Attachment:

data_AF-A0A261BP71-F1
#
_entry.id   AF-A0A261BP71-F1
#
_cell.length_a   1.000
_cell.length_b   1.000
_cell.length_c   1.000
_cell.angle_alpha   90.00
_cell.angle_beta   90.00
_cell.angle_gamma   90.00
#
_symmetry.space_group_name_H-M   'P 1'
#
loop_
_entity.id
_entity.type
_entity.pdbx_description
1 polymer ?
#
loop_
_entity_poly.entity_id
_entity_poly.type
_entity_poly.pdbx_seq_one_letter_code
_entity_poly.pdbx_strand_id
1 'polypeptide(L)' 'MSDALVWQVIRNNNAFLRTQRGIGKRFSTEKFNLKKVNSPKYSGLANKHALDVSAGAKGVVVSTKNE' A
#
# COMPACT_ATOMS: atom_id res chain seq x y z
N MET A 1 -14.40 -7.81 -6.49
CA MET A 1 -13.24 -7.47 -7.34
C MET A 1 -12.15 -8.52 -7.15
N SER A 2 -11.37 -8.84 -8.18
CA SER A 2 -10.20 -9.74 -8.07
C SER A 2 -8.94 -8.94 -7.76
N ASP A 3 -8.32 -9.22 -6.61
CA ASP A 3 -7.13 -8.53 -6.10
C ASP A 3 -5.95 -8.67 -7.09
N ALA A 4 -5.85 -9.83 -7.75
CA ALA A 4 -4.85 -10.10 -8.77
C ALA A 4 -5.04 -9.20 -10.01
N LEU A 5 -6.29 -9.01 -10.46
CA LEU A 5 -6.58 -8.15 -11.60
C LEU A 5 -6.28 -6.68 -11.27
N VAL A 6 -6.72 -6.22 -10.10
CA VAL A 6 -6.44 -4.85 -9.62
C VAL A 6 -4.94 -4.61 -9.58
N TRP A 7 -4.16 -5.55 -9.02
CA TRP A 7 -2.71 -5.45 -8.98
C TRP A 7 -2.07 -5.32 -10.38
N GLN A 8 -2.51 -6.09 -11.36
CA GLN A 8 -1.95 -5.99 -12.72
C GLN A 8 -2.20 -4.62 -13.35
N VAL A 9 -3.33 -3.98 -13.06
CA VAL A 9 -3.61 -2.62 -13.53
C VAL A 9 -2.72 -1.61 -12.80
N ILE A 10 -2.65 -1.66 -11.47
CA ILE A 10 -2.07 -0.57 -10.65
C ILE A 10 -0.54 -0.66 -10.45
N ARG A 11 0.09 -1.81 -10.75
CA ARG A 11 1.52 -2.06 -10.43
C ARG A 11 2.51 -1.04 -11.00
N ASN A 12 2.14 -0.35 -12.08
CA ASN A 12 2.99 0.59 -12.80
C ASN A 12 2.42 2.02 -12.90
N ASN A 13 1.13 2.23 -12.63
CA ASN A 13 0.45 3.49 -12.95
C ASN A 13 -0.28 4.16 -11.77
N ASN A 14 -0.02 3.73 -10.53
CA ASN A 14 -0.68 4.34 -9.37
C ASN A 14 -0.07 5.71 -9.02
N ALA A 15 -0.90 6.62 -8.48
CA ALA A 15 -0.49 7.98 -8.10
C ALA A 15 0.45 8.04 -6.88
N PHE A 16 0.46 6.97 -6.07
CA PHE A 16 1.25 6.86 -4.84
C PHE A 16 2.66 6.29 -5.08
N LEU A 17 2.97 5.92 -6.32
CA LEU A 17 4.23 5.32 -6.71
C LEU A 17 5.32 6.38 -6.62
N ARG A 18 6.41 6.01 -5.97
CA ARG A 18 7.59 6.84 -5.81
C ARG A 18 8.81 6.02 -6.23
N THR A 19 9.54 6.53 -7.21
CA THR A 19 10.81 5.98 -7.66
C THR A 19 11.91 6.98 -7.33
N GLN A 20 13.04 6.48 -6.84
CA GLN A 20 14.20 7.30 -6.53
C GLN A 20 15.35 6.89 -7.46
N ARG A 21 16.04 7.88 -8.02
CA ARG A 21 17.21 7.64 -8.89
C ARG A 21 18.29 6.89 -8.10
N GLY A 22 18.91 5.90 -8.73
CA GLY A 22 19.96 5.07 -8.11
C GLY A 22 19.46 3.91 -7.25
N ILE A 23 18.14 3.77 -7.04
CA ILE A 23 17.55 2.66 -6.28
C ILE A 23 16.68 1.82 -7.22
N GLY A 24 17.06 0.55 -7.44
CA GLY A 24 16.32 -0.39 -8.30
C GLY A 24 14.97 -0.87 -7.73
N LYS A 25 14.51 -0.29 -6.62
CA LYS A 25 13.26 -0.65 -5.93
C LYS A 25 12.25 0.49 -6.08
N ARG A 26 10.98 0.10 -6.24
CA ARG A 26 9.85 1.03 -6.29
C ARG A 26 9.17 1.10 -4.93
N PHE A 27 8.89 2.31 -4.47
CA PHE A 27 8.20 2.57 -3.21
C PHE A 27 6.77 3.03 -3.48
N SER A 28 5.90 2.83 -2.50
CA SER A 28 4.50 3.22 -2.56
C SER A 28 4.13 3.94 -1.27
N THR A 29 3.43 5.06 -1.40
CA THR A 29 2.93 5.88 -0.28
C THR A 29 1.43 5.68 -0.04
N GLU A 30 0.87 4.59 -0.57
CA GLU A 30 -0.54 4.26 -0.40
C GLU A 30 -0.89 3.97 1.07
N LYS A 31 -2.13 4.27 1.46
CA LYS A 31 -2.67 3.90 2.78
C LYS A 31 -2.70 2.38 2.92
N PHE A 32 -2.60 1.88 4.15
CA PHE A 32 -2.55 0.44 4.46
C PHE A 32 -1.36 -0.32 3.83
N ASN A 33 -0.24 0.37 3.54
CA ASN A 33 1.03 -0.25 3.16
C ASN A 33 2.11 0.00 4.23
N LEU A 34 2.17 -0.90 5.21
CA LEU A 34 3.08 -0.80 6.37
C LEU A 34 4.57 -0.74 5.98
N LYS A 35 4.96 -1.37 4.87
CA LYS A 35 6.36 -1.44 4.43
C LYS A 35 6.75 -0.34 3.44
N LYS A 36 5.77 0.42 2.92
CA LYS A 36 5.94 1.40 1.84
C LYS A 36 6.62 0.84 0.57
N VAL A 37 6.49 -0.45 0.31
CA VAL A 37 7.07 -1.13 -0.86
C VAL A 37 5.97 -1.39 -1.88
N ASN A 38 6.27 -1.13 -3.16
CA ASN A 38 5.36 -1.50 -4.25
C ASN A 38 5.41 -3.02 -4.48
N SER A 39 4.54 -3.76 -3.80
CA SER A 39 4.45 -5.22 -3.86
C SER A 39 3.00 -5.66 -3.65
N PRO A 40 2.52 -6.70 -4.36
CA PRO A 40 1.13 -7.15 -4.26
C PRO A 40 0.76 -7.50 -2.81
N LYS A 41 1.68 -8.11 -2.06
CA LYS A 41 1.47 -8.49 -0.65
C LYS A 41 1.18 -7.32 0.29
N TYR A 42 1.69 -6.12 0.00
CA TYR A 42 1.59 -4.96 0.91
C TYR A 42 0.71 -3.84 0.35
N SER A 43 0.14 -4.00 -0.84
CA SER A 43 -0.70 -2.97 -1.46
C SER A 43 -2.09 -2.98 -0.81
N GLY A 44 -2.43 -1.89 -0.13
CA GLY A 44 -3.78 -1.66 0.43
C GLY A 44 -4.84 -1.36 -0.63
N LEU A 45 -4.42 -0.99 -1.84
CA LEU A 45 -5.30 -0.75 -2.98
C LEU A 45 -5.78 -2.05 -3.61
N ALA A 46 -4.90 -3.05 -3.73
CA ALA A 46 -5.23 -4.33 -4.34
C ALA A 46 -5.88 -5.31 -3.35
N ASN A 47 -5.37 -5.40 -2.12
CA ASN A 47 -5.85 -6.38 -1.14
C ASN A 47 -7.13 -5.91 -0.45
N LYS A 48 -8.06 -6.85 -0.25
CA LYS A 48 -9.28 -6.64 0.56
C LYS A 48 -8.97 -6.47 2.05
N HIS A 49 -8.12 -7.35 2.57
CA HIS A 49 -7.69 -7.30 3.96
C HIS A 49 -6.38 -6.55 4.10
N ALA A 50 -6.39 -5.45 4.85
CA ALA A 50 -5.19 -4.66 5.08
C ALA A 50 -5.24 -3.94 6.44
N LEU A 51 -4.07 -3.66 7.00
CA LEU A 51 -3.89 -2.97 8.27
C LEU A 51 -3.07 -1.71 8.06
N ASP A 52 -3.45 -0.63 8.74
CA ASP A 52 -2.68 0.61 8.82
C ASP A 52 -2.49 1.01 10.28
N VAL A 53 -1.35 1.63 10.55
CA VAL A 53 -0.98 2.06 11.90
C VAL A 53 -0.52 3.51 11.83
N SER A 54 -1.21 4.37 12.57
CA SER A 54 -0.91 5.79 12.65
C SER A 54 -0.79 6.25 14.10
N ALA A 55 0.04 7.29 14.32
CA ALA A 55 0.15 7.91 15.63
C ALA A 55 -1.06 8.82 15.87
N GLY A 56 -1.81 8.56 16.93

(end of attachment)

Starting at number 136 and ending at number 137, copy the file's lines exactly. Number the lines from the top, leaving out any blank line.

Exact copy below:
N VAL A 37 6.49 -0.45 0.31
CA VAL A 37 7.07 -1.13 -0.86